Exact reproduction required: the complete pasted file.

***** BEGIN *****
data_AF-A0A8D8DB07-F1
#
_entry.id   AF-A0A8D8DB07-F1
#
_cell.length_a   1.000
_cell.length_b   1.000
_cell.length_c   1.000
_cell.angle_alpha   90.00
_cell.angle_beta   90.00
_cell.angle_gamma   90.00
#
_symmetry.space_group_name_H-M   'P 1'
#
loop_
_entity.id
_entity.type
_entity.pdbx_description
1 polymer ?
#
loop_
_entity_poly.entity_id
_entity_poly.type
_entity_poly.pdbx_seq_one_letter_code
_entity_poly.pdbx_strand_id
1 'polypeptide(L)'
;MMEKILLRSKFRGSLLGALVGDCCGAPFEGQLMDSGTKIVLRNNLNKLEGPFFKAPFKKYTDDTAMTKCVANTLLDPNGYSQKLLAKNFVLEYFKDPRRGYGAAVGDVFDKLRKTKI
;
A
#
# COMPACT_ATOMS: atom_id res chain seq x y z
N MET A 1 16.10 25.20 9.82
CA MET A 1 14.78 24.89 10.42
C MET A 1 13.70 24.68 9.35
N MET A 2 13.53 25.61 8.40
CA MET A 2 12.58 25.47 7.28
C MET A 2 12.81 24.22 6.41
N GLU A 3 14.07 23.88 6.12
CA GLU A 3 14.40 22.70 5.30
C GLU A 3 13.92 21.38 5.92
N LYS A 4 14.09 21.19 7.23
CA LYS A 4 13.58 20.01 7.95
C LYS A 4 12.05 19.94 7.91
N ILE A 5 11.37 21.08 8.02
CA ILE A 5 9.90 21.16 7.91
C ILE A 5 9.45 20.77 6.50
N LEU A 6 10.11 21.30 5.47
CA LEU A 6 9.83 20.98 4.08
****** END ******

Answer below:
data_AF-A0A8D8DB07-F1
#
_entry.id   AF-A0A8D8DB07-F1
#
_cell.length_a   1.000
_cell.length_b   1.000
_cell.length_c   1.000
_cell.angle_alpha   90.00
_cell.angle_beta   90.00
_cell.angle_gamma   90.00
#
_symmetry.space_group_name_H-M   'P 1'
#
loop_
_entity.id
_entity.type
_entity.pdbx_description
1 polymer ?
#
loop_
_entity_poly.entity_id
_entity_poly.type
_entity_poly.pdbx_seq_one_letter_code
_entity_poly.pdbx_strand_id
1 'polypeptide(L)'
;MMEKILLRSKFRGSLLGALVGDCCGAPFEGQLMDSGTKIVLRNNLNKLEGPFFKAPFKKYTDDTAMTKCVANTLLDPNGYSQKLLAKNFVLEYFKDPRRGYGAAVGDVFDKLRKTKI
;
A
#
# COMPACT_ATOMS: atom_id res chain seq x y z
N MET A 1 16.10 25.20 9.82
CA MET A 1 14.78 24.89 10.42
C MET A 1 13.70 24.68 9.35
N MET A 2 13.53 25.61 8.40
CA MET A 2 12.58 25.47 7.28
C MET A 2 12.81 24.22 6.41
N GLU A 3 14.07 23.88 6.12
CA GLU A 3 14.40 22.70 5.30
C GLU A 3 13.92 21.38 5.92
N LYS A 4 14.09 21.19 7.23
CA LYS A 4 13.58 20.01 7.95
C LYS A 4 12.05 19.94 7.91
N ILE A 5 11.37 21.08 8.02
CA ILE A 5 9.90 21.16 7.91
C ILE A 5 9.45 20.77 6.50
N LEU A 6 10.11 21.30 5.47
CA LEU A 6 9.83 20.98 4.08